- The amount and duration of child support
- The amount and duration of any spousal support, also called alimony
- The division of property and debts
Sometimes people want to pursue an uncontested divorce, but minor issues still need to be worked out. Unfortunately, it is not possible to get a divorce when a couple agrees on 90% of the major issues in the divorce. The couple must agree on one hundred percent of the major issues to get an uncontested divorce. When still outstanding issues are contested, a court will need to get involved, and hearings will need to be held to resolve the issues. However, settling the case out of court is still possible after the proceedings have started. The negotiation process can still move forward as the case progresses through the court.
What if My Spouse Does Not Want to Get Divorced?
If your spouse has stated that they do not want to get divorced, you can still proceed with the divorce yourself. Your divorce will not be uncontested, though. It will be contested without your spouse’s consent to divorce. You can pursue a default judgment if your spouse ignores the divorce petition entirely. Unfortunately, in many cases where one spouse doesn’t want a divorce, backspace may try to draw out the process by creating conflict.
An attorney can work with you to proceed as quickly as possible by asking the court to set the hearings up, including the final trial, to push the case along. You do not have to get your spouse’s consent before you file for divorce. If your goal is to have an uncontested divorce, you will need your spouse to sign all the relevant documentation after being served with the divorce papers.
If you have a good relationship with your soon-to-be ex-spouse and you are willing to work together, it can be beneficial to negotiate the divorce before you file the petition. If you and your spouse can get on the same page before filing the petition, it will save you significant time and money. Working with a third-party, neutral mediator can help you address lingering issues to avoid a contested divorce. Depending on your unique situation, it could be worth taking time to discuss this issue with your spouse rather than moving forward as quickly as possible with a contested divorce. If there is a way you and your spouse can negotiate an uncontested divorce, it’s worth taking the time to explore that option.
Figure Out Your Priorities
If you decide that getting a divorce is the right action, it is time to consider your priorities. You and your soon-to-be ex-spouse will need to resolve many different issues as part of the divorce settlement. Any issues you cannot resolve together will need to be resolved by the judge overseeing your case. Now is the time to consider your priorities in the divorce. For example, is it important for you to keep your family home and continue raising your children in that home to provide them with stability? Are you a stay-at-home parent who needs to ensure that you have enough spousal support to return to school and get the education you need to have gainful employment in the future? Would you like to keep your small business in your family? It is important to consider your non-negotiables carefully.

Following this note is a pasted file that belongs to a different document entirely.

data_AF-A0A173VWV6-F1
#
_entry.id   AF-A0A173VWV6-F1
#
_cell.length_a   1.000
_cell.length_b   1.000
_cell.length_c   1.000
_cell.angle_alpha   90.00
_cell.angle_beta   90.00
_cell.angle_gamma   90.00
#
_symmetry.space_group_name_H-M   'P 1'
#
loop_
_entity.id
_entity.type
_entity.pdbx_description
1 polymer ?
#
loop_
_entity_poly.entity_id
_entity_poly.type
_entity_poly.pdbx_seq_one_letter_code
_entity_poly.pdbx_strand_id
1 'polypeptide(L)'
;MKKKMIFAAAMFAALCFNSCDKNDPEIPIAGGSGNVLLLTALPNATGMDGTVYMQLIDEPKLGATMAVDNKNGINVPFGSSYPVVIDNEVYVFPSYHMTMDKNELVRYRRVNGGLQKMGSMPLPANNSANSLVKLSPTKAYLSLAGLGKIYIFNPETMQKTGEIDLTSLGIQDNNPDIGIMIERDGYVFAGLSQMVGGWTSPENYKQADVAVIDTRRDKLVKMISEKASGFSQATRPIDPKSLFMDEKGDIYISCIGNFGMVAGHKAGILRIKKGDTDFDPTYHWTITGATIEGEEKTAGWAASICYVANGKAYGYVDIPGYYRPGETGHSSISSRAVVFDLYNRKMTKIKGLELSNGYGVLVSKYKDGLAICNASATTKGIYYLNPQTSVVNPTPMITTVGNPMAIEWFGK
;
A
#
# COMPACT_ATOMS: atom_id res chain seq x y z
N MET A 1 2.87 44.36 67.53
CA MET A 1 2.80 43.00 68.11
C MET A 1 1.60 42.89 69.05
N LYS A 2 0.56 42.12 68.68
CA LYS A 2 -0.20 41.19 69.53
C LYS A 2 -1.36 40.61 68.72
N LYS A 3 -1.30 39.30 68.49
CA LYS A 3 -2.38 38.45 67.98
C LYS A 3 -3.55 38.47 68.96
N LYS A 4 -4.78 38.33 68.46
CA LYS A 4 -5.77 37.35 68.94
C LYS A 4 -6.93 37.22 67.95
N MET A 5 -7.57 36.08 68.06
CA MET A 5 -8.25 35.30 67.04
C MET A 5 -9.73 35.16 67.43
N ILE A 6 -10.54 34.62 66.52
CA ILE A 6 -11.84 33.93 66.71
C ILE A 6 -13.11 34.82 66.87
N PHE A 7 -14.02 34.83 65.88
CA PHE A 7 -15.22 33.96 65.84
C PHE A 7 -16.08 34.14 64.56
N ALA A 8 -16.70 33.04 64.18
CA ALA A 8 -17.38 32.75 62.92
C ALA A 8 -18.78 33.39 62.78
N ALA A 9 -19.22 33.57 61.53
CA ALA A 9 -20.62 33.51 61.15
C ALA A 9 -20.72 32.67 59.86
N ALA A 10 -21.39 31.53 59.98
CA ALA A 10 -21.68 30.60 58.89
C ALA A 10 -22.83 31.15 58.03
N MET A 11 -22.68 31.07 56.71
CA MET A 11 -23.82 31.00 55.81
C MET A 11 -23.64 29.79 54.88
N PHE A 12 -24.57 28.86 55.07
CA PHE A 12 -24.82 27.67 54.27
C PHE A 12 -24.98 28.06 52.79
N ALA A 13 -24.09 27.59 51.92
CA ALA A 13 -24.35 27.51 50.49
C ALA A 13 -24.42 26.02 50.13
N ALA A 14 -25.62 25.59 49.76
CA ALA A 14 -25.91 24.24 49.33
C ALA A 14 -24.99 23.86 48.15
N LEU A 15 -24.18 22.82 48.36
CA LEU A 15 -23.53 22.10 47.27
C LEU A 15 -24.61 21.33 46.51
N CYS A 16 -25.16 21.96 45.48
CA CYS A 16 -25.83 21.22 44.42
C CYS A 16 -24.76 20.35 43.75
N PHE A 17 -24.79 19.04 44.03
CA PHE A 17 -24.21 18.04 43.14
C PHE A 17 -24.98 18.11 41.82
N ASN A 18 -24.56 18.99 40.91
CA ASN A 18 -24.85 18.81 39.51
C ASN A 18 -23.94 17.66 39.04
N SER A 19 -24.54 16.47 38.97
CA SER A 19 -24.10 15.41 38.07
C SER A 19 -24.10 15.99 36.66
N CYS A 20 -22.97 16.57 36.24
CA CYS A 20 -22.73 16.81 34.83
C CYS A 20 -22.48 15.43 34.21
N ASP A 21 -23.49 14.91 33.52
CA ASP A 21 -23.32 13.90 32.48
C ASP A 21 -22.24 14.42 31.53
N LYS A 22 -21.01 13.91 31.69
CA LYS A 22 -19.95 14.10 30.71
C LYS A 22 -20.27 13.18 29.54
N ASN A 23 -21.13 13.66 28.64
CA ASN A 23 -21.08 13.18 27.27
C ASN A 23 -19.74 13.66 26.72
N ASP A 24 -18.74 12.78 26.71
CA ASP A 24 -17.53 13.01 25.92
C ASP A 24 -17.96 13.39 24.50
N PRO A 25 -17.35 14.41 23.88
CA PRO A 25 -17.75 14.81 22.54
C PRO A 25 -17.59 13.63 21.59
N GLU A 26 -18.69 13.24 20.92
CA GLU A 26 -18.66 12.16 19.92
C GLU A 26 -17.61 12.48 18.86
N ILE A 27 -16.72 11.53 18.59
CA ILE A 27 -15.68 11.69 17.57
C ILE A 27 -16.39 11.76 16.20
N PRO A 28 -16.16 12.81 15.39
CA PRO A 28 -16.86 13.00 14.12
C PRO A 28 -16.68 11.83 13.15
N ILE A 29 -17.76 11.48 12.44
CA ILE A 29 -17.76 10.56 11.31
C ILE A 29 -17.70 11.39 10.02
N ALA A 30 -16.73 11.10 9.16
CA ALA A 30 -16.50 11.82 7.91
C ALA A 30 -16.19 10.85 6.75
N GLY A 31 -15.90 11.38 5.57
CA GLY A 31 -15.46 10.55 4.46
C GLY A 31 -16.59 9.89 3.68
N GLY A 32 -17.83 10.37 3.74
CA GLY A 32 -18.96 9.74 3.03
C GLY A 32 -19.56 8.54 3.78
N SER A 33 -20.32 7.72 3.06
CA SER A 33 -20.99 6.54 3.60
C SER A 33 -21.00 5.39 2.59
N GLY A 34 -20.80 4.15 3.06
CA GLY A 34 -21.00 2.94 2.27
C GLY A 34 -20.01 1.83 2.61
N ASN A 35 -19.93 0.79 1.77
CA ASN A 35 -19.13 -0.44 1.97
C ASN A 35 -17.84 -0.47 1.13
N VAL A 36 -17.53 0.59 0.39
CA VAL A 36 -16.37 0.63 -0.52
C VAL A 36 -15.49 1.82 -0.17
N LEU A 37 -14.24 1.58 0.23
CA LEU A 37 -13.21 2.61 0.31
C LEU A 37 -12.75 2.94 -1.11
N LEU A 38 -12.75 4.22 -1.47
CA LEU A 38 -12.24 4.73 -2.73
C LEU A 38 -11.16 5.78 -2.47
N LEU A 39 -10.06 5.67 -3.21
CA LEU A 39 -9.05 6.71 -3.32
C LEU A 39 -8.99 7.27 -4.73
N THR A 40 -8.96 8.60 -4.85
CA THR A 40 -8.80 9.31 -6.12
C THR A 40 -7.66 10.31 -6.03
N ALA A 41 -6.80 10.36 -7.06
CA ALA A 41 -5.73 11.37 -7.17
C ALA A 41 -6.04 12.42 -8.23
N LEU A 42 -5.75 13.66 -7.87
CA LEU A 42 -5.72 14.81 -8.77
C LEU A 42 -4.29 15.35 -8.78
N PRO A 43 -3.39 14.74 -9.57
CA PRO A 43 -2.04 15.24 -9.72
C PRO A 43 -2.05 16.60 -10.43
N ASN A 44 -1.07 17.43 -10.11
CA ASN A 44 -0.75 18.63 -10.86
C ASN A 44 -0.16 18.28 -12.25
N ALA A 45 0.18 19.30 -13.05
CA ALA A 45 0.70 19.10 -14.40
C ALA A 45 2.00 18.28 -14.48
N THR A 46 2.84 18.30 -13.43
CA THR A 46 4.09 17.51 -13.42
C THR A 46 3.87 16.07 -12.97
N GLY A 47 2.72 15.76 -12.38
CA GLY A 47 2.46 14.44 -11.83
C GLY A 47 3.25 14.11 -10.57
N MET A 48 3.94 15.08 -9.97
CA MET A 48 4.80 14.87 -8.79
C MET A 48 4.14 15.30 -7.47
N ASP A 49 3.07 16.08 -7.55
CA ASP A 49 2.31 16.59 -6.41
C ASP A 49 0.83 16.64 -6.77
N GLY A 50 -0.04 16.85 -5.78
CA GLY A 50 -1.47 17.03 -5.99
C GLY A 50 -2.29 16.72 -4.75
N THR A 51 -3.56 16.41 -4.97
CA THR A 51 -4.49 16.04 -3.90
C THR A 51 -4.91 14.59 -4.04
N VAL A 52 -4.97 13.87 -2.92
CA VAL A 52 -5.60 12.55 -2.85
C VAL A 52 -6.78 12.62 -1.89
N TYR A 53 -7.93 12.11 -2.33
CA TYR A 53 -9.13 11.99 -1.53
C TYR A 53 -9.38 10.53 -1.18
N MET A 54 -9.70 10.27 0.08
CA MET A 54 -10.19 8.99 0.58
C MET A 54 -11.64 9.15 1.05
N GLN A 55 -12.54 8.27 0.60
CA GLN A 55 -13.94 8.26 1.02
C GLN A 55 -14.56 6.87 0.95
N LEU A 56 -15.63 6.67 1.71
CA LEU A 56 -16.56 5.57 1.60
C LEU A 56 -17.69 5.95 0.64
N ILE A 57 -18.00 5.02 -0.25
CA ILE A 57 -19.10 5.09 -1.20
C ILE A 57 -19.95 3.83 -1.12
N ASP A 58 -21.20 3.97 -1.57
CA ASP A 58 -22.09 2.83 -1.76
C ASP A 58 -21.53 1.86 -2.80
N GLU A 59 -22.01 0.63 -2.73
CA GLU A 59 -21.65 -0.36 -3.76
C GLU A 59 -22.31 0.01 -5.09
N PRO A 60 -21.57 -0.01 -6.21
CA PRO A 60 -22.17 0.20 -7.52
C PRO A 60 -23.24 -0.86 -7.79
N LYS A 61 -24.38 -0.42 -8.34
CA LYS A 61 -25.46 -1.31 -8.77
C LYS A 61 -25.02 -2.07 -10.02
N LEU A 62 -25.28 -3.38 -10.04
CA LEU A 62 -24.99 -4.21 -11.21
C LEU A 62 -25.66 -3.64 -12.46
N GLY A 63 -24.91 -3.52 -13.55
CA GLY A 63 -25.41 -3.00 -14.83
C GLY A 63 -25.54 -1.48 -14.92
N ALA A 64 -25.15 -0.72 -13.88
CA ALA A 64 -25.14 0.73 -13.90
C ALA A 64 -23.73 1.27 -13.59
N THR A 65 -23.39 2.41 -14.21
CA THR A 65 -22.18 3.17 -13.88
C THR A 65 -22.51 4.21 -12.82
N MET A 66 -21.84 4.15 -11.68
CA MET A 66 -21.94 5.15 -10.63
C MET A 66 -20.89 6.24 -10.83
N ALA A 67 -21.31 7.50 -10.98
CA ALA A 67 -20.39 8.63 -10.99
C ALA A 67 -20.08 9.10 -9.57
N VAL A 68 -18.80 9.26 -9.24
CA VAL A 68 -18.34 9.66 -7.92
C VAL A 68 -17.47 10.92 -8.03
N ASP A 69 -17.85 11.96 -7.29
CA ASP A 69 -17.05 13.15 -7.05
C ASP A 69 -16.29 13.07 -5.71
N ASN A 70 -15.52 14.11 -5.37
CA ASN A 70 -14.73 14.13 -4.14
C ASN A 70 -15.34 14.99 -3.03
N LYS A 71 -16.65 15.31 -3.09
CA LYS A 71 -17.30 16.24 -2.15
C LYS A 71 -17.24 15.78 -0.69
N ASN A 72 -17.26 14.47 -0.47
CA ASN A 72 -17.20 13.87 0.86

Additionally, you should consider which issues you will compromise on during the negotiation process. Write down a list of the most important issues to you and those that are not as important. Share this list with your attorney, which will help you as you move forward with the negotiations. Sometimes couples do think they agree on all issues, but as they move through the process, conflict arises regarding one or more issues. Be prepared for this to happen, and do not get discouraged.
When both spouses want to move forward quickly and choose to remain civil and willing to work together, they can overcome conflicts that arise and pursue an uncontested divorce. For example, if a conflict arises over who can keep your family home, the solution may be to sell the home and split the profit. Talking through all of your options can help you ensure you find a solution that works best.
Consider Any Recent Income or Tax Changes
Taxes play a significant role in the divorce process. The spouse who earns more may have to pay more taxes since they may fall into a higher income bracket after getting divorced. If you may end up as the spouse to pay significantly more taxes after the divorce, consider bringing up your tax status when negotiating spousal and child support. With high-net-worth couples, it can be beneficial to work with an attorney and a financial expert who can help you understand your pre-divorce and post-divorce tax status so you can make informed decisions regarding your divorce settlement.
Are There Any Other Ways to Make My Divorce Quicker?
The answer to this question depends on the facts of your unique case. For example, you may be able to file for divorce in a state with a shorter waiting period than Texas. You may be able to pursue a divorce in another state that has a shorter timeframe for residency requirements. In every case, having a collaborative attitude with your spouse almost always helps your divorce progress more quickly. Going to a third-party mediator who can help you work on outstanding issues will also help you move forward quickly. Finally, hiring an attorney to prepare the final divorce papers for you can prevent unnecessary delays and speed up the divorce process.
Work With Your Soon-to-Be Ex-Spouse to Communicate Effectively
This tip for speeding up your divorce may seem obvious, but it is more challenging than many people realize. Communicating is easier said than done, especially when your marriage, which you worked hard to build with someone else, is coming to an end. There may be emotions that come up that make it challenging to discuss the divorce in good faith. Try as hard as you can to avoid getting bogged down in the details and rehash the events and issues that have led to the divorce.